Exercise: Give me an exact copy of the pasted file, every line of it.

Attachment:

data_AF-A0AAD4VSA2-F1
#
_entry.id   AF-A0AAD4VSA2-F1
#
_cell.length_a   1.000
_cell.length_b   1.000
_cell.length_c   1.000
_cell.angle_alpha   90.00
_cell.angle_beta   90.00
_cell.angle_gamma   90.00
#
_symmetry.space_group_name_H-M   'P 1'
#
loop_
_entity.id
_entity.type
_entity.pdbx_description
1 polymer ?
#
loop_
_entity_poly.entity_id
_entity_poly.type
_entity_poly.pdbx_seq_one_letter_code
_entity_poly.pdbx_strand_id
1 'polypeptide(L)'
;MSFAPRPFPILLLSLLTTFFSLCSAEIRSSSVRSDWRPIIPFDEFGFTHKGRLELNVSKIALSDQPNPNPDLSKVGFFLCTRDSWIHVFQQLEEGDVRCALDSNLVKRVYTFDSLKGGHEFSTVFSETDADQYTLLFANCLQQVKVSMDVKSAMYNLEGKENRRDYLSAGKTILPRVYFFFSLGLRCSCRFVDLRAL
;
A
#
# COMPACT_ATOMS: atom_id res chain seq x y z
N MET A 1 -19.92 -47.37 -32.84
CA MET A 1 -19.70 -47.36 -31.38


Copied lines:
data_AF-A0AAD4VSA2-F1
#
_entry.id   AF-A0AAD4VSA2-F1
#
_cell.length_a   1.000
_cell.length_b   1.000
_cell.length_c   1.000
_cell.angle_alpha   90.00
_cell.angle_beta   90.00
_cell.angle_gamma   90.00
#
_symmetry.space_group_name_H-M   'P 1'
#
loop_
_entity.id
_entity.type
_entity.pdbx_description
1 polymer ?
#
loop_
_entity_poly.entity_id
_entity_poly.type
_entity_poly.pdbx_seq_one_letter_code
_entity_poly.pdbx_strand_id
1 'polypeptide(L)'
;MSFAPRPFPILLLSLLTTFFSLCSAEIRSSSVRSDWRPIIPFDEFGFTHKGRLELNVSKIALSDQPNPNPDLSKVGFFLCTRDSWIHVFQQLEEGDVRCALDSNLVKRVYTFDSLKGGHEFSTVFSETDADQYTLLFANCLQQVKVSMDVKSAMYNLEGKENRRDYLSAGKTILPRVYFFFSLGLRCSCRFVDLRAL
;
A
#
# COMPACT_ATOMS: atom_id res chain seq x y z
N MET A 1 -19.92 -47.37 -32.84
CA MET A 1 -19.70 -47.36 -31.38